I was very fortunate that there so many Ottawa Triathlon Club members at the events.  I received many a high five, low five and shout out from OTC peeps along the whole course.

Most importantly, I managed to cross that finish line with a smile on my face and pay tribute to Mr. Galbraith with a salute !



 I am so thankful for all of the support I have received this season from my family, friends fellow athletes and new friends at the OTC, I honestly could not keep doing what I love so much without all of your support, encouragement and advice!

THANK YOU and I hope to see you all at many more events.

Friday, August 16, 2013

Duathlon World Championships - Race reprot..wow were those folks FAST!

The short report:
2:50:03.5
M45-49 39/39
Men 297/219
PB on the first 10K, PB on the 40K bike, hurting on the final 5K.

The not so short report:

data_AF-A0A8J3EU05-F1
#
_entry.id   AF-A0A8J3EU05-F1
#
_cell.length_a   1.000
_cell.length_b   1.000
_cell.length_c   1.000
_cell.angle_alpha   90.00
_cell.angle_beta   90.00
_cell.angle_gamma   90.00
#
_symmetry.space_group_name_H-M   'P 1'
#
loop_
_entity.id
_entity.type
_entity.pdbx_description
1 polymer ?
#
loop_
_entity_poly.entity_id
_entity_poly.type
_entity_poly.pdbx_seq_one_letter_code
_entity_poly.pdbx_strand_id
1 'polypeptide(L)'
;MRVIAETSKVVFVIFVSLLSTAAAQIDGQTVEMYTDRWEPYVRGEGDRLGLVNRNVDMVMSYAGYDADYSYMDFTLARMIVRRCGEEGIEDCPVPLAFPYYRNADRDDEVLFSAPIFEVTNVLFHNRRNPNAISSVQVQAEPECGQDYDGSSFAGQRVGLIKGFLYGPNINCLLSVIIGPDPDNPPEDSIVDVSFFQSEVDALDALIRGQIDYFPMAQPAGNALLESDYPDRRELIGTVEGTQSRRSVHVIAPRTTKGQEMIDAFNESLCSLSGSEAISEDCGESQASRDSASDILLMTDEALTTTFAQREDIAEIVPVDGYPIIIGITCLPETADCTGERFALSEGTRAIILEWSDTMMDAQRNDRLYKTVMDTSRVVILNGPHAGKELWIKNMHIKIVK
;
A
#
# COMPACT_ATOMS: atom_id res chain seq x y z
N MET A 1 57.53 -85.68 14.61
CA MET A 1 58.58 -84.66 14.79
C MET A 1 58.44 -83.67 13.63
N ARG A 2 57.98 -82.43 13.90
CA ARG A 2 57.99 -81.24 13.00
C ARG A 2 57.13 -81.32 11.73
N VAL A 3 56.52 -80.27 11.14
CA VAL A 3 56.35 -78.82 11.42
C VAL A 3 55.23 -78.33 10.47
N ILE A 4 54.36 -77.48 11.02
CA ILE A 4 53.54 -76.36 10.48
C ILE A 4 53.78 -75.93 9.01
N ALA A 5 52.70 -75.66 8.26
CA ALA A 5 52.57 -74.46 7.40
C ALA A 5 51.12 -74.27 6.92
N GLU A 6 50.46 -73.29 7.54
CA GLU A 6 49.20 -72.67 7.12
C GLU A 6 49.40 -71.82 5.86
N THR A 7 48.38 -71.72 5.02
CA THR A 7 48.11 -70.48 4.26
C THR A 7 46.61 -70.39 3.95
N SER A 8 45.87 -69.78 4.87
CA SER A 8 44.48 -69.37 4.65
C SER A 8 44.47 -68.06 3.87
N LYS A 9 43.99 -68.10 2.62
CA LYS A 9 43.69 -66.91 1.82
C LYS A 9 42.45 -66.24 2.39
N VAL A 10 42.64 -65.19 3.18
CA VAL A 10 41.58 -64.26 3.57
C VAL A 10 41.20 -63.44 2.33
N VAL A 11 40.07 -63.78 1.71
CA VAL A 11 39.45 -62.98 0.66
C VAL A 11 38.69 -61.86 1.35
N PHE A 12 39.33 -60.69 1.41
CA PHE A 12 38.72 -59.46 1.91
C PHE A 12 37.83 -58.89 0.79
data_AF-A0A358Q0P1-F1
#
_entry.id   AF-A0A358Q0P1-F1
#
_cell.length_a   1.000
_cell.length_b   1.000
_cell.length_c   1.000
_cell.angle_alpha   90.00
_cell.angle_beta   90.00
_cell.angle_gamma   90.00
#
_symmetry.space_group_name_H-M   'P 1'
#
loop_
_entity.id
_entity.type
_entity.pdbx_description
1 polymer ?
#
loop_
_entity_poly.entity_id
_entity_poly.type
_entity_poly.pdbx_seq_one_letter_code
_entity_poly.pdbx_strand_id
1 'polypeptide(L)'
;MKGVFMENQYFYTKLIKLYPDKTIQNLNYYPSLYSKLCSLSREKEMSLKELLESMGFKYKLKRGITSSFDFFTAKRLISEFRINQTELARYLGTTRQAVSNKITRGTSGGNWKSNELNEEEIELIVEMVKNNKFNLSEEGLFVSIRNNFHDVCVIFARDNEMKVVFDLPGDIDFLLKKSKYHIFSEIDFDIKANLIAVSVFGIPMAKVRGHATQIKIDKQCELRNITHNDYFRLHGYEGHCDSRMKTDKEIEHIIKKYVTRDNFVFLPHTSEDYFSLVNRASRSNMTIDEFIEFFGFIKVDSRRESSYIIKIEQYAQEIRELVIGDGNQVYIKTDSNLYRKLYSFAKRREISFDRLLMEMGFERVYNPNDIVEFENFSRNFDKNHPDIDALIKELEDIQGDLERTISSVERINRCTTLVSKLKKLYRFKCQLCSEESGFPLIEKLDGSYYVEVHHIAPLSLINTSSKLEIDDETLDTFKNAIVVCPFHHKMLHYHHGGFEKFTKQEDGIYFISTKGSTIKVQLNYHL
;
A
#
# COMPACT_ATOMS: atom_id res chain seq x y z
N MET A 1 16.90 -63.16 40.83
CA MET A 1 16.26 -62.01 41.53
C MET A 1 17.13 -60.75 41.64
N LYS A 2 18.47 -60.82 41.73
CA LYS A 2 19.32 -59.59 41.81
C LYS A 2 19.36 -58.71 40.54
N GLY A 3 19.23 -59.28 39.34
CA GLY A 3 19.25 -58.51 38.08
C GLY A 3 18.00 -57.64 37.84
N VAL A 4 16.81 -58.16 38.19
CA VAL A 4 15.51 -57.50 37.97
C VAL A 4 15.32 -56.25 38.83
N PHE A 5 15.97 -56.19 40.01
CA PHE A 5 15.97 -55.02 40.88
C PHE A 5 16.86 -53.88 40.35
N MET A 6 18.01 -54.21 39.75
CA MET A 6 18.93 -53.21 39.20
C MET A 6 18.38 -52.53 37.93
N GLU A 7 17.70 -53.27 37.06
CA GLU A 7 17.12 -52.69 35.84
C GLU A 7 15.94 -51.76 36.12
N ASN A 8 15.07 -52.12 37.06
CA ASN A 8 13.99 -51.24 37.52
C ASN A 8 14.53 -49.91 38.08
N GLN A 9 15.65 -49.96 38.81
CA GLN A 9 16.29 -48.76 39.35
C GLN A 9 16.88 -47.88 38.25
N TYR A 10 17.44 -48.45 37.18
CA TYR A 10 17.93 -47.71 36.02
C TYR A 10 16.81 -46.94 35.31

This was my first Duathlon World Championship and it was an incredible experience.  Being a part of Team Canada, participating in the Team events, meeting people from all over this country and the world who were all so positive and happy to be here and so down-to-earth too, some truly inspiring people and some awesome athletes.

Participating in the parade of Nations was one of the highlights for me, my family commented that Team Canada’s uniforms really stood out and more than any other country, we really looked like a Team.  Kudos to the Team managers for stressing the importance of everyone wearing the parade uniform since we were hosting, the pictures really drive home this point.